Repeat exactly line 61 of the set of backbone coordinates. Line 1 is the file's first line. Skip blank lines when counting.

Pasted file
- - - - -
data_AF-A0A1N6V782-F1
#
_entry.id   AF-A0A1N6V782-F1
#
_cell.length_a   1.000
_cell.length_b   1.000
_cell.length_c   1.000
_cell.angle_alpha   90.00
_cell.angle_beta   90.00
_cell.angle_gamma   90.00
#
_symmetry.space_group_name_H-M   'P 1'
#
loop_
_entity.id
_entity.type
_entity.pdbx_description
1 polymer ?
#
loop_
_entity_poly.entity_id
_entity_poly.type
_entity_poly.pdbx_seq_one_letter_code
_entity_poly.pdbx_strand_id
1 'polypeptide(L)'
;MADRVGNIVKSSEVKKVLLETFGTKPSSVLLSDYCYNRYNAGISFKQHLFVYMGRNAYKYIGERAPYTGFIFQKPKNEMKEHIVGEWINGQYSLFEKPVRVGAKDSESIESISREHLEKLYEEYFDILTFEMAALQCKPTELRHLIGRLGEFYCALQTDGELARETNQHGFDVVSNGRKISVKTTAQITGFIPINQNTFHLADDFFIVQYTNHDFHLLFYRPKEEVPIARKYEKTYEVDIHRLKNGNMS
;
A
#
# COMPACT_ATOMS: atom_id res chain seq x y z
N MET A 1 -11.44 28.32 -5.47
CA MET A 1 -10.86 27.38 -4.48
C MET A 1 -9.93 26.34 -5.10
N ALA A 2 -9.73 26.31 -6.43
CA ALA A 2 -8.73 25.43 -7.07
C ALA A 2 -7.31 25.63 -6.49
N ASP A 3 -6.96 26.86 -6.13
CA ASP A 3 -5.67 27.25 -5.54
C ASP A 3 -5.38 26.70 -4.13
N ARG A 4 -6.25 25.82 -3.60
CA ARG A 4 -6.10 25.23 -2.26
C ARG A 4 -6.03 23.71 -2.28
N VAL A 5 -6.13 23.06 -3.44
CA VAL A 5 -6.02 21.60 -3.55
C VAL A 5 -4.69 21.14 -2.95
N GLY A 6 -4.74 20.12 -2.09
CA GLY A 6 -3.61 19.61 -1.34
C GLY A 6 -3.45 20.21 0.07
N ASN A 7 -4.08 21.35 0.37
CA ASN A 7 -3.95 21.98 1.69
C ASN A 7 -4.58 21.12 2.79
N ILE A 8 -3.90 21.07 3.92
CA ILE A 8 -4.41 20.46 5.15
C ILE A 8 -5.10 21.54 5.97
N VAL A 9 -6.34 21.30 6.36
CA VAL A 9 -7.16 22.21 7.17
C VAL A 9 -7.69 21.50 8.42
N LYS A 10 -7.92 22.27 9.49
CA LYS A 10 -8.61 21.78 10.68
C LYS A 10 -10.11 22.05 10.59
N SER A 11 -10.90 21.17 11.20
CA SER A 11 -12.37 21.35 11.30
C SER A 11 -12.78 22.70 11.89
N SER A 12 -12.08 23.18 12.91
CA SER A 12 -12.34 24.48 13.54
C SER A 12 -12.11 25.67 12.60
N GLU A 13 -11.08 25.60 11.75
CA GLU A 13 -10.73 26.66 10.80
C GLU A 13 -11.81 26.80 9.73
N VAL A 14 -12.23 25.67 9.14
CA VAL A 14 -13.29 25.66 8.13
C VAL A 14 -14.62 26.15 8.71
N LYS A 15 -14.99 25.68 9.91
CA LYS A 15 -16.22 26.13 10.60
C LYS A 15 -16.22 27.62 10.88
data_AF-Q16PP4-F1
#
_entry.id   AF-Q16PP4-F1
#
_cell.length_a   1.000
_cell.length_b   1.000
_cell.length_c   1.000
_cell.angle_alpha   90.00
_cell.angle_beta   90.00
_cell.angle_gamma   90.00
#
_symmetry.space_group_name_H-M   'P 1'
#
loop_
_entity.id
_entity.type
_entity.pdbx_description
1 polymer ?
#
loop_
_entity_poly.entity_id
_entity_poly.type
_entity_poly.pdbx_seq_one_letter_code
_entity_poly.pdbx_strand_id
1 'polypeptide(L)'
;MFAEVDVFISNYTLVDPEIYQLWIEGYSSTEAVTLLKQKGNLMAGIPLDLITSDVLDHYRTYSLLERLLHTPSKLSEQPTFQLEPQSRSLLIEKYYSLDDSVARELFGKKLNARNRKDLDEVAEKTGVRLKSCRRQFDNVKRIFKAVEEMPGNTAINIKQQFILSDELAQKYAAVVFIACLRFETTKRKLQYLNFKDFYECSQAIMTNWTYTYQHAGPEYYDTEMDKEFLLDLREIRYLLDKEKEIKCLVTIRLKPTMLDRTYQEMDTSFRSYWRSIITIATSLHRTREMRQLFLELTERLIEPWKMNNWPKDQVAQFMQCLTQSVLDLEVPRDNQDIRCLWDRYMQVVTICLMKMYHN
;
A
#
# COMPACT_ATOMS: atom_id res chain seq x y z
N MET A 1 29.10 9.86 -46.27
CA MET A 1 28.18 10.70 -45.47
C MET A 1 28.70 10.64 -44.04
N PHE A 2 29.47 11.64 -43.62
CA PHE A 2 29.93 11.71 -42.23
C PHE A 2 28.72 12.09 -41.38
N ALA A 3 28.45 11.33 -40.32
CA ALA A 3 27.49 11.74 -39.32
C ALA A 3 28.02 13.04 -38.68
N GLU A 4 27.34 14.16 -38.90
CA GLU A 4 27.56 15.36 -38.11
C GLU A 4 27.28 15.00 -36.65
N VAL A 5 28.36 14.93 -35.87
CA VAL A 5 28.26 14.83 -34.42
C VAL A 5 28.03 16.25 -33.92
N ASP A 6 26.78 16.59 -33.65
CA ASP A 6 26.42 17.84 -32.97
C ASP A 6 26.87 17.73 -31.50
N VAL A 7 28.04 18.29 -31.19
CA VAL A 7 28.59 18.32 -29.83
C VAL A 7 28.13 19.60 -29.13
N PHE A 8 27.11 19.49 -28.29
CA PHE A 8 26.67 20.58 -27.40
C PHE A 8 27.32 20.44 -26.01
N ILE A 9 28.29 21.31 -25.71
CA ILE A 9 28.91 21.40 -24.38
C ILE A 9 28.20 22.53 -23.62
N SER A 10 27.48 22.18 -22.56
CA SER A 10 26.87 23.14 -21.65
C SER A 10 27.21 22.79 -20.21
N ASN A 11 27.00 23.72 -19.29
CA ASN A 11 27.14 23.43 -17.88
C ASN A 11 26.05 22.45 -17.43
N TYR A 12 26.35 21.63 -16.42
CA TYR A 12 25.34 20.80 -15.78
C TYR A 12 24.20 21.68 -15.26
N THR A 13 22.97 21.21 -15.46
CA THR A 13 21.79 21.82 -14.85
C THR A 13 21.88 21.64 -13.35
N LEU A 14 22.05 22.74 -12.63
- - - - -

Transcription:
N SER A 11 -10.90 21.17 11.20